Bing, I went to see Avatar in 3D and wasn't all that impressed. Sure, it's come a long way from the times when King Kong's grainy arm looked like it was really trying to take a swipe at you. But I agree with others here that see it as a gimmick that tries to make up for the lack of originality in programming. I actually recommended that my friends not waste their money on the 3D version of Avatar as it was probably just as good with it. Although, you can't deny that Cameron hitting $1 billion worldwide with 3D is going to drive it in the industry now.

3D without glasses, yes, otherwise I'm not interested, 3D with glasses gives me a headache. I bet more on the tv-phone-computer-cable-internet machine than the 3D thing, thats a winner and the signal is when Microsoft or Google buy a cable company.

I will skip the 3D tv and wait for the hologram tv, now thats a change!!!

Support your local/regional banks, move your money out of the big fat banks!!!!!!!

I donated my TV 5 years ago. When my kids want to be entertained, we go play in the park or fire up the Wii console. The 3-D would be OK in the movies,except for those clunky plastic eye-frames that I have to put over my eye-glasses. My kids chewed my ears off this x-mas, wanting to get a TV, but I will try to delay the inevitable. I hope they will be into teen years, before I cave-in and get a TV. What I wish someone could start making is a SIMPLE cell phone with large enough keypad for my arthritic mother to be able to open and make a call with. Yea, and a cellphone battery that outlasts my wife's blah-blah's.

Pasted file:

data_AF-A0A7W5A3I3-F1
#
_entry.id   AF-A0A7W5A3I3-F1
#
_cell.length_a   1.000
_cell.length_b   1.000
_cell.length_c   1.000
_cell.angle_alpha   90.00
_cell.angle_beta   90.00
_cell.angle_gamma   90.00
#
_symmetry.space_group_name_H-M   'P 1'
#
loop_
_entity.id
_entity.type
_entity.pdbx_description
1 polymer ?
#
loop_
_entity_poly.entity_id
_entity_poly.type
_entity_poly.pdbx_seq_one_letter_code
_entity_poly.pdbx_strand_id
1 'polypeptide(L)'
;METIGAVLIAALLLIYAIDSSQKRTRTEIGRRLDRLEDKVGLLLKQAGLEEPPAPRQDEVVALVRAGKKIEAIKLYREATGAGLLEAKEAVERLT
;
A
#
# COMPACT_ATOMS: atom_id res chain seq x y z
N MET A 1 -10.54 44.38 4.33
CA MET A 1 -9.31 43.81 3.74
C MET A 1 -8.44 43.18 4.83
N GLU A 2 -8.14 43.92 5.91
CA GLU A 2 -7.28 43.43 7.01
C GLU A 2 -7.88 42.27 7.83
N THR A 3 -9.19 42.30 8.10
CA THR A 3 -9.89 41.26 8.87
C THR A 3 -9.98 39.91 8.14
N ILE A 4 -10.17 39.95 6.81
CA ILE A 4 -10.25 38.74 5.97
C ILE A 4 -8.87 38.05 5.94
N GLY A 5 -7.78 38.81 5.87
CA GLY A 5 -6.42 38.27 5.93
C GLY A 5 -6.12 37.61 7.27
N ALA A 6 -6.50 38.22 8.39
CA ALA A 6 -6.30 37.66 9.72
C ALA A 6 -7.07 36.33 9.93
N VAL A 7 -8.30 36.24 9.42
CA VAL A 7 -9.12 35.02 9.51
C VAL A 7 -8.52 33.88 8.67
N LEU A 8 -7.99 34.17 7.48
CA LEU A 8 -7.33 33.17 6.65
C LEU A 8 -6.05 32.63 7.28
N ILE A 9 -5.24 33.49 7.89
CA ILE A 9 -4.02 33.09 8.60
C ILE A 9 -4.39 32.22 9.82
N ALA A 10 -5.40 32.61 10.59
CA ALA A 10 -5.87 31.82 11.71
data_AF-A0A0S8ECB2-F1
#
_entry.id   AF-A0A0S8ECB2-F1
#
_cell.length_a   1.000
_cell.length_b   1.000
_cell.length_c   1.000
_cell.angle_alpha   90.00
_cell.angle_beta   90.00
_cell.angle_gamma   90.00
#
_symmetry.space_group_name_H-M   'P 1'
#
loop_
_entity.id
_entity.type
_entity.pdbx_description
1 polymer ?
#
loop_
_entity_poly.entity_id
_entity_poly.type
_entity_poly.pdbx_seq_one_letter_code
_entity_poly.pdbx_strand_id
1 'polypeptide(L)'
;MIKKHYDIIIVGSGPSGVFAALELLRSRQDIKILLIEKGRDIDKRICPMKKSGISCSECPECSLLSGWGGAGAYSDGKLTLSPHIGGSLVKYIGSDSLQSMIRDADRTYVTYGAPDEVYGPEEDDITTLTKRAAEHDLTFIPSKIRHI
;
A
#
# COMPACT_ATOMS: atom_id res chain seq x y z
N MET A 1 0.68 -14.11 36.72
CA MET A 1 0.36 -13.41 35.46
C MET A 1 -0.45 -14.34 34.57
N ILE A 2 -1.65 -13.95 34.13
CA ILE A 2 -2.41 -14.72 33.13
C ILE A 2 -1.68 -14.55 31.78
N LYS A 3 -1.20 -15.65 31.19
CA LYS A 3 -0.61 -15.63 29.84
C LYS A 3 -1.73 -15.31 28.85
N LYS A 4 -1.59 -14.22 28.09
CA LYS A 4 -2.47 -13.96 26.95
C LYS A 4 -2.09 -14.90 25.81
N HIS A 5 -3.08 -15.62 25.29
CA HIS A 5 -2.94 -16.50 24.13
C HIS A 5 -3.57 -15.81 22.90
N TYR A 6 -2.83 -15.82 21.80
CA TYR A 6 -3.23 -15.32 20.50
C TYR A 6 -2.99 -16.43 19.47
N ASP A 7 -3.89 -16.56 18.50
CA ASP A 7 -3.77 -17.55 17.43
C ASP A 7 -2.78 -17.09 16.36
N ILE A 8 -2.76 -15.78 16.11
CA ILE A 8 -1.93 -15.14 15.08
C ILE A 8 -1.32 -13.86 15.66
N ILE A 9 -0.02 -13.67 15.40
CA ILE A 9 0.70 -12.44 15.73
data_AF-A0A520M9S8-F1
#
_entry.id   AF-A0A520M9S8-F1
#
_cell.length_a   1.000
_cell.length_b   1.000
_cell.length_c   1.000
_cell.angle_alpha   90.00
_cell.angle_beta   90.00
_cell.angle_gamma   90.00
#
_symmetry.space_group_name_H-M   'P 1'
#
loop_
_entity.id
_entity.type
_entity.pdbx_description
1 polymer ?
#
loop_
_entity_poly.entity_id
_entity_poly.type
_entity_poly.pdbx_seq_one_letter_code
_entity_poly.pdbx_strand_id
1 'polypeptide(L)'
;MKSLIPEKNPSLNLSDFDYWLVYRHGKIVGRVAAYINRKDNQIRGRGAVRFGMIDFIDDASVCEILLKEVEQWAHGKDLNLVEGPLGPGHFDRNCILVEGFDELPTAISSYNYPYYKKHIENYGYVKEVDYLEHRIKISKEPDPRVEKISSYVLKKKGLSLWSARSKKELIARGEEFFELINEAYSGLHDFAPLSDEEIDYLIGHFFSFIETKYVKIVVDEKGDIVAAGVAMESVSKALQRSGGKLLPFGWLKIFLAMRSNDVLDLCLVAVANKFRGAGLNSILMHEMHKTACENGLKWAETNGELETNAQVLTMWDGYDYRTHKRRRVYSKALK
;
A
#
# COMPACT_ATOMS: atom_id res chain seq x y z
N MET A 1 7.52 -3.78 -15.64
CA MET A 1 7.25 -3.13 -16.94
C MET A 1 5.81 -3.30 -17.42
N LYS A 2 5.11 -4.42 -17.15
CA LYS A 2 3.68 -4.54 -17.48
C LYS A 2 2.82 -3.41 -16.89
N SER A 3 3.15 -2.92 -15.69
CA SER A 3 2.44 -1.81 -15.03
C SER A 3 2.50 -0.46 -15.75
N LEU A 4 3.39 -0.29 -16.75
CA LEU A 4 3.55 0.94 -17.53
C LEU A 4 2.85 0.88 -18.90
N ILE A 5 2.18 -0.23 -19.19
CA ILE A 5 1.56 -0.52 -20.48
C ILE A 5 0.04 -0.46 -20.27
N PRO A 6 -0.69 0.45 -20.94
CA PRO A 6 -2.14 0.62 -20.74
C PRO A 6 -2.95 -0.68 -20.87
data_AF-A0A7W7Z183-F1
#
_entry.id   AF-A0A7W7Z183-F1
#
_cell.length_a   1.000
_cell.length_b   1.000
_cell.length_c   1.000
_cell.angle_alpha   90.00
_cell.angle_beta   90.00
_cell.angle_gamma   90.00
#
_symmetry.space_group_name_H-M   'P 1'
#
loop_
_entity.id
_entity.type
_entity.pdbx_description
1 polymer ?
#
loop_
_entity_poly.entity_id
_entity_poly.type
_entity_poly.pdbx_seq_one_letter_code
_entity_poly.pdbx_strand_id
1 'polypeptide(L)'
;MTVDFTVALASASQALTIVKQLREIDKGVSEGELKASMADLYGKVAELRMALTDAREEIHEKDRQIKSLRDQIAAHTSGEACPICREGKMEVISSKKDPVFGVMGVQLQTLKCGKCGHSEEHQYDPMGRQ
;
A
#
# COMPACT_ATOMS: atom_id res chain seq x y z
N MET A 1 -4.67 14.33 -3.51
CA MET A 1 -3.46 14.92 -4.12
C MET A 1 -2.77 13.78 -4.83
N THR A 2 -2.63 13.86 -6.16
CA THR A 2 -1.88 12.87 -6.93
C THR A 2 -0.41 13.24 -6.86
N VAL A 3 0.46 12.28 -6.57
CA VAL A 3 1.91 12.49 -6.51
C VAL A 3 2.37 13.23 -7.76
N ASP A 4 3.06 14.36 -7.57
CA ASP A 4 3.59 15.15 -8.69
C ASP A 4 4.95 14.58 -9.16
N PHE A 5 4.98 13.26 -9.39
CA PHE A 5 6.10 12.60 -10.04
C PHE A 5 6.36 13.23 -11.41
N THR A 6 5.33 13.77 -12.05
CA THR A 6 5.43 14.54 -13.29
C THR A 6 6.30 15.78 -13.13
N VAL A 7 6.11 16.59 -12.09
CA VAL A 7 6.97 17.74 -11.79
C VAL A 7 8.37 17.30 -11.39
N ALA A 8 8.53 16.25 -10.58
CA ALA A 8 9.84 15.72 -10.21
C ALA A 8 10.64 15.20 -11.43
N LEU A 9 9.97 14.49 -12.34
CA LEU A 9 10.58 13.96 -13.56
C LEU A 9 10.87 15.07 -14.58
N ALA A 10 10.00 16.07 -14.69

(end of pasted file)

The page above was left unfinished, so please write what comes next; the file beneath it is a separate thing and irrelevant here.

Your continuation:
Bing, if you think you're going to get any valuable tips about with way the 3D market will go from these cheapskate luddites, then you've got another think coming. Most of them are still pissed that you can't get wax recording tubes to fit their nearly new gramophones. They're clearly in the 'very very late adapters, after all the stuff they've got is no longer repairable or completely forgotten' market segment.

Their big TV night is when the rabbit-ears don't give them fits during a National Public Television funding telethon. They are going to howl like banshees when some type of pay to watch format (likely cable) completely annihilates free TV (which, as you well know, is not far away).

At the risk of sounding young I'm going to go out on a limb here and disagree with most of you. I like 3D...
you guys honestly aren't excited? not even a little bit? Remember being a kid and watching movies where in the movies they had holographic technology? Well its 2000 freakin 10 already and were just starting the 3d tv trend.

I say if we are going to make any progress as a society in fulfilling my desperate expectations of what 2020 will look like we need to embrace any new technology as fast was we can.

I much prefer my 3-D the natural way -- live and in person. Sports, sex, nature, even explosions -- are best experienced in a non-vicarious medium. I realize that this brands me as a Luddite.